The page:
inhibitor is another good option to consider.
"Most corrosion [in electrical systems] happens
because people touch the system and they take
a component apart and they don't put it back
together properly, or they put a prick into a wire,
which allows corrosion to come into the wire,"
Aim NationaLease's Disantis says.
Regardless of how fleets decide to prevent
and control corrosion, the sooner precautions
are taken the better. Corrosion can be slowed
down, but it can't be fixed when it's already there.
Time is of the essence.
"For every action, there is a comparable or
greater reaction," says Herrington. "Corrosion
is certainly true of that."
For related content, visit:
Table of Contents for the Digital Edition of Fleet Maintenance
Uptime: Top Industry Trends in 2020 and Beyond
How Active Safety Systems Pave the Way to Vehicle Autonomy
Vehicles: Steps to Understand and Prevent Corrosion
In the Bay: Remote Vehicle Management Enters a New Phase
Shop Operations: How to Prevent, Contain, and Clean Up Shop Spills
Management: A Guide to World-Class Maintenance
Training: What is a Bistable Relay?
Reman, Rebuild, Replace: What's the Difference Between a Supplier and a Supply Partner?
Diagnostics: Four Steps of an Effective Maintenance Program
Fleet Parts & Components
Tools & Equipment
Guest Editorial: Trends in Asset Telematics
Fleet Maintenance - 1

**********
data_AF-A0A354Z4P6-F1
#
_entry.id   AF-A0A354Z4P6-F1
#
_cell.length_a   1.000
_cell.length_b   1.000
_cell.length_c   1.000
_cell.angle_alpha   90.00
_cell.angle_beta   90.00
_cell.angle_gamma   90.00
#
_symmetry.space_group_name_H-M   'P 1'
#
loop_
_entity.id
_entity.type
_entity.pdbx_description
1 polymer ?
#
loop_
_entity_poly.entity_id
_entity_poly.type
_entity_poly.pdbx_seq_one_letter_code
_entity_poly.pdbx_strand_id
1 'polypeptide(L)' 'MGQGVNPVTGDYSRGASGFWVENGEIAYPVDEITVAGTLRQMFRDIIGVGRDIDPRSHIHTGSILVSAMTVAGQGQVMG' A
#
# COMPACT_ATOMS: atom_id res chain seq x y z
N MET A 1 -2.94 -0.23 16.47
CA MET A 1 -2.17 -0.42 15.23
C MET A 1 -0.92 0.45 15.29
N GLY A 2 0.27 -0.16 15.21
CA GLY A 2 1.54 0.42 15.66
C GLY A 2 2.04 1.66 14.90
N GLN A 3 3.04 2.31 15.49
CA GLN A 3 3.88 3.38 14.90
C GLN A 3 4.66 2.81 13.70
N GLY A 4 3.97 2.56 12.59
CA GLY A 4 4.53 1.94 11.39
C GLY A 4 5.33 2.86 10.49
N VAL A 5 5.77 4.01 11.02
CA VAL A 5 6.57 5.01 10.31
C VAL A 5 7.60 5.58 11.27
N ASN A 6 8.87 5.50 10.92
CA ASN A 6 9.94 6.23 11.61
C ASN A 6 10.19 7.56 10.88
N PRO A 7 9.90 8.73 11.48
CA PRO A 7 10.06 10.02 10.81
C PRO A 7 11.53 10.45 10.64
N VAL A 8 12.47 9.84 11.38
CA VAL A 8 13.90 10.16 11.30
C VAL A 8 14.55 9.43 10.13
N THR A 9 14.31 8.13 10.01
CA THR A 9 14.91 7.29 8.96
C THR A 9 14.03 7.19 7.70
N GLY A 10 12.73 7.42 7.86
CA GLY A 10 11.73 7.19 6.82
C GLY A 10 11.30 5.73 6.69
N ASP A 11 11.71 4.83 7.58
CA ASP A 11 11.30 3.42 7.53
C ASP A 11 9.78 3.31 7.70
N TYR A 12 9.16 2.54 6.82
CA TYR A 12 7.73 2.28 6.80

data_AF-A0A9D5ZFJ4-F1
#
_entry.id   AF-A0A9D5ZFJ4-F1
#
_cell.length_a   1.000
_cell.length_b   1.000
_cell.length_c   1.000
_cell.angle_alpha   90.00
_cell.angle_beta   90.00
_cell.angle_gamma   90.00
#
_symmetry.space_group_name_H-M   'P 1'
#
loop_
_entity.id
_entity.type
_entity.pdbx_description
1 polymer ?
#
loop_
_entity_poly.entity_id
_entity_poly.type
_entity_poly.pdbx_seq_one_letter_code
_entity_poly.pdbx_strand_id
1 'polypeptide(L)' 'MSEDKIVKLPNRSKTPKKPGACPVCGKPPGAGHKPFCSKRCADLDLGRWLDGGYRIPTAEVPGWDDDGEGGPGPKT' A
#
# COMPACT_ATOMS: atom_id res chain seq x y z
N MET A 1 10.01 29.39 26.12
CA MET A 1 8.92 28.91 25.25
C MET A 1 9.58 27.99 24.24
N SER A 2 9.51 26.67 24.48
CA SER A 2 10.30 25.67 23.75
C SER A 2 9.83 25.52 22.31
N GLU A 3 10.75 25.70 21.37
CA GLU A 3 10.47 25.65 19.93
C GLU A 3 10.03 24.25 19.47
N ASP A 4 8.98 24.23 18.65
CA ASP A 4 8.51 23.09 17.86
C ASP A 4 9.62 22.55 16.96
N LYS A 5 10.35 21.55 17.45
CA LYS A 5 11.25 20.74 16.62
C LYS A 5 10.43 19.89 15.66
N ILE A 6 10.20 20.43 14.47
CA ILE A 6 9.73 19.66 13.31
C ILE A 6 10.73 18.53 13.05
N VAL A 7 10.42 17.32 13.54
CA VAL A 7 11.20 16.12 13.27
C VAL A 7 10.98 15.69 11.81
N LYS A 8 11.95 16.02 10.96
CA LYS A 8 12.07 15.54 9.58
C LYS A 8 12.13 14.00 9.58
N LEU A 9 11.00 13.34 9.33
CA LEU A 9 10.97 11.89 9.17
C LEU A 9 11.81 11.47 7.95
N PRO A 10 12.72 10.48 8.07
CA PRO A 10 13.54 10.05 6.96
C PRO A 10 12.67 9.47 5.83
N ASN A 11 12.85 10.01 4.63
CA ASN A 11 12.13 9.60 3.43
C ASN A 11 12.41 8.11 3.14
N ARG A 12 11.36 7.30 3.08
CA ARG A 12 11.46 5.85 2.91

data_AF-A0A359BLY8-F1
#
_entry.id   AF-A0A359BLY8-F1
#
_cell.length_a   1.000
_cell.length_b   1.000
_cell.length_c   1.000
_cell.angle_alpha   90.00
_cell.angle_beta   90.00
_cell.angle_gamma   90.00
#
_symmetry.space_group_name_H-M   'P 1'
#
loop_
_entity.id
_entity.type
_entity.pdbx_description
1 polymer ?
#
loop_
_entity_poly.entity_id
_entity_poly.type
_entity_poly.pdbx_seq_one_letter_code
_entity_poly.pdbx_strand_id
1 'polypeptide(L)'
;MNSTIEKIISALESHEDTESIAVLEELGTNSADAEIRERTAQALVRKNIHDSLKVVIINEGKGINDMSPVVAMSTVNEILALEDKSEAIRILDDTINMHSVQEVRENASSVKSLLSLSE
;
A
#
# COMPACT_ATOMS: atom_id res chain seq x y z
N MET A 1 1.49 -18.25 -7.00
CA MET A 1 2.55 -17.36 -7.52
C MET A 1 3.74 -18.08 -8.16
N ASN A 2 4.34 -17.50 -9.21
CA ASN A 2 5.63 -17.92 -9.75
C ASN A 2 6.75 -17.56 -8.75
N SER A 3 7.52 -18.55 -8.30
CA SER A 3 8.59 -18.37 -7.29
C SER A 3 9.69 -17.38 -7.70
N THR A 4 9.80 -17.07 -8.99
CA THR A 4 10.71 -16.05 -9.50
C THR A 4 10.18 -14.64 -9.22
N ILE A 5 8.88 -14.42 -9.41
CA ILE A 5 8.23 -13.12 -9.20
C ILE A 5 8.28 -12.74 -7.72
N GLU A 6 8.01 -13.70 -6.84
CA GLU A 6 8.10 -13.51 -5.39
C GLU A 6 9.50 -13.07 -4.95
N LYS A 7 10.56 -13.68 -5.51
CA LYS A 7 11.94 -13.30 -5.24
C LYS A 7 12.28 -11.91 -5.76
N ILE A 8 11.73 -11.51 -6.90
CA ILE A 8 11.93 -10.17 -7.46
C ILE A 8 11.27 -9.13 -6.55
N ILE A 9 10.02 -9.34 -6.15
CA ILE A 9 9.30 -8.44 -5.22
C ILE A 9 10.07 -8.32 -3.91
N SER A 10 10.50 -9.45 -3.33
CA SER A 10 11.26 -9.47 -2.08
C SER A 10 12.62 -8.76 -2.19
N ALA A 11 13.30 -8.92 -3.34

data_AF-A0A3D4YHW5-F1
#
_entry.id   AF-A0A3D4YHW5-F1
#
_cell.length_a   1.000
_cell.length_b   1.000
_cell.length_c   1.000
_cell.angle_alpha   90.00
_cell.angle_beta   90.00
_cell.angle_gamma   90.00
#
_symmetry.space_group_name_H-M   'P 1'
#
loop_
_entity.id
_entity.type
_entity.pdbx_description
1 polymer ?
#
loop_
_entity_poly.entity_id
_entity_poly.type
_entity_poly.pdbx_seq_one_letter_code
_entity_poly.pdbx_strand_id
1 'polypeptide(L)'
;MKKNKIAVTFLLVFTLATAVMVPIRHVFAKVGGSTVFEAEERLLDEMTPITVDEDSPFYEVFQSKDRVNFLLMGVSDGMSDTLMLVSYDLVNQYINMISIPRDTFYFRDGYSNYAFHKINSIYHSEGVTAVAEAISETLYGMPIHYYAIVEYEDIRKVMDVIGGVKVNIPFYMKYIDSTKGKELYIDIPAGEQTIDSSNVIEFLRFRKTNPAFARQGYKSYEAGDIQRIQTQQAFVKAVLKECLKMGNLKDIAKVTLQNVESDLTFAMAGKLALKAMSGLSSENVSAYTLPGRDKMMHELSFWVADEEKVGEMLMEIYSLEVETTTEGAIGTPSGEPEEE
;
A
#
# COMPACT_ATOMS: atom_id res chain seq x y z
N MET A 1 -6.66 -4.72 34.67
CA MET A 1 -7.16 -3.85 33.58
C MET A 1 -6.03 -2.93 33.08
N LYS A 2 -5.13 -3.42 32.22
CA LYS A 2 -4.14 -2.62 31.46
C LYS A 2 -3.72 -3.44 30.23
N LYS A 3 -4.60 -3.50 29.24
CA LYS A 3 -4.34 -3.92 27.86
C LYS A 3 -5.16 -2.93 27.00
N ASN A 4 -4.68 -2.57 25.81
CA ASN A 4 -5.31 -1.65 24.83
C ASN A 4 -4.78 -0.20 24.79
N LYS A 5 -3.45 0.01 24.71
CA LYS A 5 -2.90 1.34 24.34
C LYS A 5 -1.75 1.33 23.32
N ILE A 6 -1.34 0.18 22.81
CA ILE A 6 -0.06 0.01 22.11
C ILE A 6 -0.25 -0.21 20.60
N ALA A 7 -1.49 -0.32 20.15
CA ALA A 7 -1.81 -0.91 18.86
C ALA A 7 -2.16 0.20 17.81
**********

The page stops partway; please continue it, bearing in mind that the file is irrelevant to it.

Fleet Maintenance - 2
Fleet Maintenance - 3
Fleet Maintenance - 4
Fleet Maintenance - 5
Fleet Maintenance - 6
Fleet Maintenance - 7
Fleet Maintenance - Uptime: Top Industry Trends in 2020 and Beyond
Fleet Maintenance - 9
Fleet Maintenance - How Active Safety Systems Pave the Way to Vehicle Autonomy
Fleet Maintenance - 11
Fleet Maintenance - 12
Fleet Maintenance - 13
Fleet Maintenance - 14
Fleet Maintenance - 15
Fleet Maintenance - 16
Fleet Maintenance - 17
Fleet Maintenance - 18
Fleet Maintenance - 19
Fleet Maintenance - Vehicles: Steps to Understand and Prevent Corrosion
Fleet Maintenance - 21
Fleet Maintenance - 22
Fleet Maintenance - 23
Fleet Maintenance - 24
Fleet Maintenance - 25
Fleet Maintenance - 26
Fleet Maintenance - 27
Fleet Maintenance - 28
Fleet Maintenance - 29
Fleet Maintenance - In the Bay: Remote Vehicle Management Enters a New Phase
Fleet Maintenance - 31
Fleet Maintenance - 32
Fleet Maintenance - 33
Fleet Maintenance - 34
Fleet Maintenance - 35
Fleet Maintenance - Shop Operations: How to Prevent, Contain, and Clean Up Shop Spills
Fleet Maintenance - 37
Fleet Maintenance - 38
Fleet Maintenance - 39
Fleet Maintenance - 40
Fleet Maintenance - 41
Fleet Maintenance - Management: A Guide to World-Class Maintenance
Fleet Maintenance - 43
Fleet Maintenance - Training: What is a Bistable Relay?
Fleet Maintenance - 45
Fleet Maintenance - Reman, Rebuild, Replace: What's the Difference Between a Supplier and a Supply Partner?
Fleet Maintenance - 47
Fleet Maintenance - Diagnostics: Four Steps of an Effective Maintenance Program
Fleet Maintenance - 49
Fleet Maintenance - 50
Fleet Maintenance - 51
Fleet Maintenance - Fleet Parts & Components
Fleet Maintenance - 53
Fleet Maintenance - 54
Fleet Maintenance - 55
Fleet Maintenance - 56
Fleet Maintenance - 57
Fleet Maintenance - 58
Fleet Maintenance - Tools & Equipment
Fleet Maintenance - 60
Fleet Maintenance - 61
Fleet Maintenance - 62
Fleet Maintenance - Classifieds
Fleet Maintenance - 64
Fleet Maintenance - 65
Fleet Maintenance - Guest Editorial: Trends in Asset Telematics
Fleet Maintenance - 67